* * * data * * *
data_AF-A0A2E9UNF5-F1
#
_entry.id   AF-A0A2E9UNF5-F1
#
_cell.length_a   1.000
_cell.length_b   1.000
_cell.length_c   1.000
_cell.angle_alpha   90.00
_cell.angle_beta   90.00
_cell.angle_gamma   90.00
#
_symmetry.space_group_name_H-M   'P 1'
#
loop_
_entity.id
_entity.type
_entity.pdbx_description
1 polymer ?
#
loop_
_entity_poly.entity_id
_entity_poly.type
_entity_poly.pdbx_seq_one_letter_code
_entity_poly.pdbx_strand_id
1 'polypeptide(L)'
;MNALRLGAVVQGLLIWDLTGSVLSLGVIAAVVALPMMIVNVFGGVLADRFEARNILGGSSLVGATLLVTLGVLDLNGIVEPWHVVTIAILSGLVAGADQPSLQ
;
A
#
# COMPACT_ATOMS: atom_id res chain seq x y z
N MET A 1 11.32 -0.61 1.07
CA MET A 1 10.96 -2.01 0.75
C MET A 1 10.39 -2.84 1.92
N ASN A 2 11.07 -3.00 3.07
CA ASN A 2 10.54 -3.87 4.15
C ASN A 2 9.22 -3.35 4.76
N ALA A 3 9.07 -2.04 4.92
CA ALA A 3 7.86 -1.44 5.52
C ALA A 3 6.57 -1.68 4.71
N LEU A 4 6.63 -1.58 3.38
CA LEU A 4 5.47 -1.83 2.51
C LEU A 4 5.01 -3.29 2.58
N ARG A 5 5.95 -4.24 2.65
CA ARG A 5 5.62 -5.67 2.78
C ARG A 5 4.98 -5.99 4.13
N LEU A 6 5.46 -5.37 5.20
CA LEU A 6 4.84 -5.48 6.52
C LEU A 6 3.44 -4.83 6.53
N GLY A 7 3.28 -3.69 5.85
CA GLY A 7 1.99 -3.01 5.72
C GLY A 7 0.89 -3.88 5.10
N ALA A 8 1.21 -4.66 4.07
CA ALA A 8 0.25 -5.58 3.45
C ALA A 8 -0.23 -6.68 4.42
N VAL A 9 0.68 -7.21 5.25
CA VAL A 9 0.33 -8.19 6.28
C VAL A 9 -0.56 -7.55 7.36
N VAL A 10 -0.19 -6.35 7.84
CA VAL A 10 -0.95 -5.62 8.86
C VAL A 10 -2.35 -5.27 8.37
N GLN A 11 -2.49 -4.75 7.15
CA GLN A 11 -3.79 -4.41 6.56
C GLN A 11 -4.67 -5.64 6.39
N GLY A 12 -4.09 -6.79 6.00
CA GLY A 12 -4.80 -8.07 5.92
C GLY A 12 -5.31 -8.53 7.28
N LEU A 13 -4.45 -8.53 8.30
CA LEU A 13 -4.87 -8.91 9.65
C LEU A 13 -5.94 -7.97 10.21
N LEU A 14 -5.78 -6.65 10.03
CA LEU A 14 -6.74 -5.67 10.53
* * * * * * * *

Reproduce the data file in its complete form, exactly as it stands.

data_AF-A0A2E9UNF5-F1
#
_entry.id   AF-A0A2E9UNF5-F1
#
_cell.length_a   1.000
_cell.length_b   1.000
_cell.length_c   1.000
_cell.angle_alpha   90.00
_cell.angle_beta   90.00
_cell.angle_gamma   90.00
#
_symmetry.space_group_name_H-M   'P 1'
#
loop_
_entity.id
_entity.type
_entity.pdbx_description
1 polymer ?
#
loop_
_entity_poly.entity_id
_entity_poly.type
_entity_poly.pdbx_seq_one_letter_code
_entity_poly.pdbx_strand_id
1 'polypeptide(L)'
;MNALRLGAVVQGLLIWDLTGSVLSLGVIAAVVALPMMIVNVFGGVLADRFEARNILGGSSLVGATLLVTLGVLDLNGIVEPWHVVTIAILSGLVAGADQPSLQ
;
A
#
# COMPACT_ATOMS: atom_id res chain seq x y z
N MET A 1 11.32 -0.61 1.07
CA MET A 1 10.96 -2.01 0.75
C MET A 1 10.39 -2.84 1.92
N ASN A 2 11.07 -3.00 3.07
CA ASN A 2 10.54 -3.87 4.15
C ASN A 2 9.22 -3.35 4.76
N ALA A 3 9.07 -2.04 4.92
CA ALA A 3 7.86 -1.44 5.52
C ALA A 3 6.57 -1.68 4.71
N LEU A 4 6.63 -1.58 3.38
CA LEU A 4 5.47 -1.83 2.51
C LEU A 4 5.01 -3.29 2.58
N ARG A 5 5.95 -4.24 2.65
CA ARG A 5 5.62 -5.67 2.78
C ARG A 5 4.98 -5.99 4.13
N LEU A 6 5.46 -5.37 5.20
CA LEU A 6 4.84 -5.48 6.52
C LEU A 6 3.44 -4.83 6.53
N GLY A 7 3.28 -3.69 5.85
CA GLY A 7 1.99 -3.01 5.72
C GLY A 7 0.89 -3.88 5.10
N ALA A 8 1.21 -4.66 4.07
CA ALA A 8 0.25 -5.58 3.45
C ALA A 8 -0.23 -6.68 4.42
N VAL A 9 0.68 -7.21 5.25
CA VAL A 9 0.33 -8.19 6.28
C VAL A 9 -0.56 -7.55 7.36
N VAL A 10 -0.19 -6.35 7.84
CA VAL A 10 -0.95 -5.62 8.86
C VAL A 10 -2.35 -5.27 8.37
N GLN A 11 -2.49 -4.75 7.15
CA GLN A 11 -3.79 -4.41 6.56
C GLN A 11 -4.67 -5.64 6.39
N GLY A 12 -4.09 -6.79 6.00
CA GLY A 12 -4.80 -8.07 5.92
C GLY A 12 -5.31 -8.53 7.28
N LEU A 13 -4.45 -8.53 8.30
CA LEU A 13 -4.87 -8.91 9.65
C LEU A 13 -5.94 -7.97 10.21
N LEU A 14 -5.78 -6.65 10.03
CA LEU A 14 -6.74 -5.67 10.53